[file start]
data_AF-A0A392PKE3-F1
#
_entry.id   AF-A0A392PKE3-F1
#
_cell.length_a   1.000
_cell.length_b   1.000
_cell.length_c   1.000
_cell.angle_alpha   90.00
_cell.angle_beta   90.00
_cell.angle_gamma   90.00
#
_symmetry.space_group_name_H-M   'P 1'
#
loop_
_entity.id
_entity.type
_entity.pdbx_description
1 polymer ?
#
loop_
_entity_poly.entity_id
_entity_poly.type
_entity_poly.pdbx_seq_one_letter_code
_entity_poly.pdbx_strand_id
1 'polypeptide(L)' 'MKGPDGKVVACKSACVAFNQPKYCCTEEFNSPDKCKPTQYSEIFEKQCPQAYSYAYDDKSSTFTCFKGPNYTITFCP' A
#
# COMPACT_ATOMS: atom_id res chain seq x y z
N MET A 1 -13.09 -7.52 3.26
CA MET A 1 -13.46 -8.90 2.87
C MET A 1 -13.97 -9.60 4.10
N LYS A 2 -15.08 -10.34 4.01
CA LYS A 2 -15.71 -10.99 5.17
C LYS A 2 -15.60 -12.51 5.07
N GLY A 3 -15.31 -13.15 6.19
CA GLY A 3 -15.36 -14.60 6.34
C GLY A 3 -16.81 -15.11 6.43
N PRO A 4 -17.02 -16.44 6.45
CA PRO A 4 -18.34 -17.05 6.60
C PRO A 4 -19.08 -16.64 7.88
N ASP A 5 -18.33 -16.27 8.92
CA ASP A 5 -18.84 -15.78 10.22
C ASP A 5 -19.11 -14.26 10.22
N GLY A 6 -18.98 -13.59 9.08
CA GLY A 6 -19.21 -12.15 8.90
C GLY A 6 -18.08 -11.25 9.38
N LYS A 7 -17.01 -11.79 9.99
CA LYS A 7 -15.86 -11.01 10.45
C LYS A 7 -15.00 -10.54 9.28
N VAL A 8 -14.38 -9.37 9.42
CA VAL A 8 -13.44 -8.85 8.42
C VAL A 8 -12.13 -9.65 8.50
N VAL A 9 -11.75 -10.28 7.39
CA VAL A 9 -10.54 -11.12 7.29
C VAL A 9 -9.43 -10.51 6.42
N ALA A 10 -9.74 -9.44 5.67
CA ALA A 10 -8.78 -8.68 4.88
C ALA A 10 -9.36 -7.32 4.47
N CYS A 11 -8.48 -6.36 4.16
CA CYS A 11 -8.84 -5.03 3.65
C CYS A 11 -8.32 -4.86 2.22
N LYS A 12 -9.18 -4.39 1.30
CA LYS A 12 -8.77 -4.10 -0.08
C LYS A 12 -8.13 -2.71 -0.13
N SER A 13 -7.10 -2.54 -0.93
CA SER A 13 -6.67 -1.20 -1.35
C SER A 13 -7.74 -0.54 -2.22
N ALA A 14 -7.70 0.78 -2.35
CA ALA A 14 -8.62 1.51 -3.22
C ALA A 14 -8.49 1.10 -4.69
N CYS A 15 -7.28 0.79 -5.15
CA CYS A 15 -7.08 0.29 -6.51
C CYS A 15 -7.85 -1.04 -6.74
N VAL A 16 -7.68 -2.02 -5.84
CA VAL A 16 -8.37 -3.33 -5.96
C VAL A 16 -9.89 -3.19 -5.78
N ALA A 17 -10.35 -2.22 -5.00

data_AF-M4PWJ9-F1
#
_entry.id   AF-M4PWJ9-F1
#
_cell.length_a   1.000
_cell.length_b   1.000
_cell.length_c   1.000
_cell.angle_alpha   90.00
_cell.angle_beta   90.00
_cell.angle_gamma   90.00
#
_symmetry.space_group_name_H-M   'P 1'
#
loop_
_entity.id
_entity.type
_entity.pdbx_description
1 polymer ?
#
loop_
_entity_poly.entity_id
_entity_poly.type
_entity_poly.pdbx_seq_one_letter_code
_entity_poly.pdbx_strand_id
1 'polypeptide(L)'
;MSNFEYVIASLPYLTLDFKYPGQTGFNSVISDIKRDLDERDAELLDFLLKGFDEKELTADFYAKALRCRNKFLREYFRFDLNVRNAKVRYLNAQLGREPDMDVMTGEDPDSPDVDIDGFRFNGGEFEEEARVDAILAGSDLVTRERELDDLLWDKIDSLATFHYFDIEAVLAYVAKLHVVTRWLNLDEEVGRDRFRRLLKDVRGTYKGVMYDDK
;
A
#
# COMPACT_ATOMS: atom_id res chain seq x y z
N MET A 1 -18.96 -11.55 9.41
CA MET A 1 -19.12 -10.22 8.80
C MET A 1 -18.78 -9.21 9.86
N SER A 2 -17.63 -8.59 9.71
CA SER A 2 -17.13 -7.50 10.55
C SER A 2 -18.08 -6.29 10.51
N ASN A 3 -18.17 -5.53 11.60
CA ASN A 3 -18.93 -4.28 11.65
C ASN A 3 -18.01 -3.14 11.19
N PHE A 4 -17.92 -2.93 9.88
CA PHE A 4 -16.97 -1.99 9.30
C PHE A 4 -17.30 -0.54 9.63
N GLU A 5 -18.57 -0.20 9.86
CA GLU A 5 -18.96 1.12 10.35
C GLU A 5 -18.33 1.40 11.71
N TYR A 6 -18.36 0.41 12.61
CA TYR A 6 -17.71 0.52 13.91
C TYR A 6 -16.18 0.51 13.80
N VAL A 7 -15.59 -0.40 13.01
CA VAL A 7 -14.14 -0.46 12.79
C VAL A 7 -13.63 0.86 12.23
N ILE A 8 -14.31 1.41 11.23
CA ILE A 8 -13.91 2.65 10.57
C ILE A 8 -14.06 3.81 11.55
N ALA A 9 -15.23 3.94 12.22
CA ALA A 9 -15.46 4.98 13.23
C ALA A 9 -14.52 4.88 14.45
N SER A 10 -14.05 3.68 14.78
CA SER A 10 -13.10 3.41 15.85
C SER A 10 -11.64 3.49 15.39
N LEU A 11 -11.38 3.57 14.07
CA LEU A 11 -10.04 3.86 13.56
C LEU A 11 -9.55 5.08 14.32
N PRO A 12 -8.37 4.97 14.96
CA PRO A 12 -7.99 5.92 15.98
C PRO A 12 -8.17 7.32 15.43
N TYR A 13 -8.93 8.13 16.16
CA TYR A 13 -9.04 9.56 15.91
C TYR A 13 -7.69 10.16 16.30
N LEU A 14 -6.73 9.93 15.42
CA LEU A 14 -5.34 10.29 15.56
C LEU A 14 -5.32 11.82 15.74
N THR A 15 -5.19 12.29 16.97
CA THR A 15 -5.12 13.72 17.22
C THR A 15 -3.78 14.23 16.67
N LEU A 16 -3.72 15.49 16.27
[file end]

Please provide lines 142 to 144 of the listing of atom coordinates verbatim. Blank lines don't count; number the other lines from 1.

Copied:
C PRO A 12 -8.17 7.32 15.43
N TYR A 13 -8.93 8.13 16.16
CA TYR A 13 -9.04 9.56 15.91